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Media and Transnational Climate Justice

Indigenous Activism and Climate Politics

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Anna Roosvall and Matthew Tegelberg

Media and Transnational Climate Justice captures the intriguing nexus of globalization, crisis, justice, activism and news communication, at a time when radical measures are increasingly demanded to address one of the most pressing global issues: climate change. Anna Roosvall and Matthew Tegelberg take a unique approach to climate justice by focusing on transnational rather than international aspects, thereby contributing to the development of theories of justice for a global age, as well as in relation to media studies. The book specifically explores the roles, situations and activism of indigenous peoples who do not have full representation at UN climate summits despite being among those most exposed to injustices pertaining to climate change, as well as to injustices relating to politics and media coverage. This book thus scrutinizes political and ideological dimensions of the global phenomenon of climate change through interviews and observations with indigenous activists at UN climate summits, in combination with extensive empirical research conducted on legacy and social media coverage of climate change and indigenous peoples. The authors conclude by discussing transnational solidarity and suggest a solidarian mode of communication as a response to both the global crisis of climate change and the broader issues of injustice faced by indigenous peoples regarding redistribution, recognition and political representation.

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4 Summit Journalism, Indigenous Peoples and Digitalization: A Media Ecology Perspective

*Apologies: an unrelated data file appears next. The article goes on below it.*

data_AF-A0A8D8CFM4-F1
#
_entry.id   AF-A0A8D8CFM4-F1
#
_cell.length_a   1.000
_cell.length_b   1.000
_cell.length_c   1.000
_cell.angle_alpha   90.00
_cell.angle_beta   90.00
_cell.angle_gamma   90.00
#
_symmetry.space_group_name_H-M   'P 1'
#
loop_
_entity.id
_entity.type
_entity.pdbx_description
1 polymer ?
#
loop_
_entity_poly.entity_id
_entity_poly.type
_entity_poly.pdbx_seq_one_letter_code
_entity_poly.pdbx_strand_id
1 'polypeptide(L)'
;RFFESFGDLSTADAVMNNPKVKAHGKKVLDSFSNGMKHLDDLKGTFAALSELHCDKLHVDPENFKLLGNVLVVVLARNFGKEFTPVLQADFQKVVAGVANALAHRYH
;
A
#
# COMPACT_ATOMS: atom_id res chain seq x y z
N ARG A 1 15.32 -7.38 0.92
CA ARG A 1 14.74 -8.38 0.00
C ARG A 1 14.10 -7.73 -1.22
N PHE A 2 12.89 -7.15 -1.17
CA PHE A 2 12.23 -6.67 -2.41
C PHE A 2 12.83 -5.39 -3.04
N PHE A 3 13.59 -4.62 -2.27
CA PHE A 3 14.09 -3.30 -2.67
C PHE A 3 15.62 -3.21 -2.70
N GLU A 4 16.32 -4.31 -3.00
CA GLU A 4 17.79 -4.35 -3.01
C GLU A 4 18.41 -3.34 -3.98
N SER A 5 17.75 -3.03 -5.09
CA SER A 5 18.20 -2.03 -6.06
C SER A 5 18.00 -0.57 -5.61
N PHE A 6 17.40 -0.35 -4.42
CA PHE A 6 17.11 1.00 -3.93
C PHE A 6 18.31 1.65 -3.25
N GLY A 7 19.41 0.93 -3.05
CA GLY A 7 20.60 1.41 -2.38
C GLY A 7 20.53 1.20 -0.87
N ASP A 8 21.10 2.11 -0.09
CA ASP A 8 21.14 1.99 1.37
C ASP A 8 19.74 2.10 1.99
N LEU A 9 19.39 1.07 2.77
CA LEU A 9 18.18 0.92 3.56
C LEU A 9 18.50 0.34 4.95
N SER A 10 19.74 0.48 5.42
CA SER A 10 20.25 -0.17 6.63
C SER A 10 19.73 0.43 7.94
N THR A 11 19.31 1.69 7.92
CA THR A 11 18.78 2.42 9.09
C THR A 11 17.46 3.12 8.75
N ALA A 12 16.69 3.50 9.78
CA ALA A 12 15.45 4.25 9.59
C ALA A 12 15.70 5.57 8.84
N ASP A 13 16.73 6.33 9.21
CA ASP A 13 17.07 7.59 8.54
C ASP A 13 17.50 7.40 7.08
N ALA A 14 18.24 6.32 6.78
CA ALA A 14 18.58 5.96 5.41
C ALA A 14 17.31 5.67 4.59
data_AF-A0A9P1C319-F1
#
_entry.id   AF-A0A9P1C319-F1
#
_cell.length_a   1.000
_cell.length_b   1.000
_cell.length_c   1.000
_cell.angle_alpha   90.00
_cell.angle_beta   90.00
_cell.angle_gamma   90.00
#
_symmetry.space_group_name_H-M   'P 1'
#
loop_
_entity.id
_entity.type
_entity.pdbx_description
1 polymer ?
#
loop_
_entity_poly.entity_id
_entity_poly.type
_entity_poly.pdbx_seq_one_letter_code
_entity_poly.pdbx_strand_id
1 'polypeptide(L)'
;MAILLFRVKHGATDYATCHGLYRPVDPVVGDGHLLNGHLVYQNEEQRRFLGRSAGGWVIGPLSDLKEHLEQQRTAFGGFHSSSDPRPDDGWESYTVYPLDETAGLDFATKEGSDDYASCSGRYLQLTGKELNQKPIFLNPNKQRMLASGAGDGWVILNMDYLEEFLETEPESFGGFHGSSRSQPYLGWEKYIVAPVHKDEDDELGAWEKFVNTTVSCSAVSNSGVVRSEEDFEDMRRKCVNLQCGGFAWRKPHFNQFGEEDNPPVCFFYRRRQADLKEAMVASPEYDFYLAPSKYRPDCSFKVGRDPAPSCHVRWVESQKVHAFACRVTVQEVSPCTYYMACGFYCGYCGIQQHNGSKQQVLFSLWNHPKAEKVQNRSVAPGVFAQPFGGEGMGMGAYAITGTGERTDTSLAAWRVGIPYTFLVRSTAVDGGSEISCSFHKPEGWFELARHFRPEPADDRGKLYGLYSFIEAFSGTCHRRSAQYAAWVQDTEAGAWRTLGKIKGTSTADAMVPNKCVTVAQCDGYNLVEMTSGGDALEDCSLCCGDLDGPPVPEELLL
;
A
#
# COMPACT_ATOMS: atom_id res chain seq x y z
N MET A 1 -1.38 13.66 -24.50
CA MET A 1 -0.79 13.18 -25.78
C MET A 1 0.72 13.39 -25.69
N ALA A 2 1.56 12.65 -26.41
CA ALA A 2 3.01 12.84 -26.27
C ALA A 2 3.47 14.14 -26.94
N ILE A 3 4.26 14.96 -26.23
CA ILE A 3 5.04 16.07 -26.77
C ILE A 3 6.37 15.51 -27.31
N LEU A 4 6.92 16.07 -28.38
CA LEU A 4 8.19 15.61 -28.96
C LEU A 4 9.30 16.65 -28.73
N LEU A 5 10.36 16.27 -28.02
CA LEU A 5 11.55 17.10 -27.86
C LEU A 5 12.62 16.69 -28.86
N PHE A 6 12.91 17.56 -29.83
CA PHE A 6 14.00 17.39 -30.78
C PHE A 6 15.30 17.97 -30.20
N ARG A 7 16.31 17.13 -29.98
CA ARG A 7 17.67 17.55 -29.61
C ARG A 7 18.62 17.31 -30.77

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SUMMIT JOURNALISM, INDIGENOUS PEOPLES AND DIGITALIZATION

A Media Ecology Perspective

I love the media. I make friends with them as much as I can because … indigenous communities are usually marginalized, so it is important to get indigenous voices right at the front, and the media can help do that …

I don’t necessarily trust the news that is coming from the mainstream media … they suppress events, or don’t cover them, or there are things … that happen on Twitter, but … [you] never see them in the mainstream media.

—Allison Akootchook Warden, Iñupiaq people (USA, COP21)

At UN climate conferences, indigenous peoples from around the world travel vast distances in the hopes of having their voices heard, their experiences and knowledge recognized, and their demands for climate justice answered. Hence when asked for their thoughts on media, and more specifically, on its role in communicating about climate change and its local effects, the indigenous activists we interviewed at COP17 (Durban, 2011) and COP21 (Paris, 2015) had much to say. Warden’s statements capture the conflicted feelings many interviewees expressed about the media’s efficacy in generating awareness of the climate challenges they face at home. On one hand, she emphasizes the importance of making connections with mainstream media, since doing so can help foreground indigenous voices ← 103 | 104 → and issues that are otherwise marginalized. On the other hand, Warden identifies a critical disconnection, describing what makes mainstream media...

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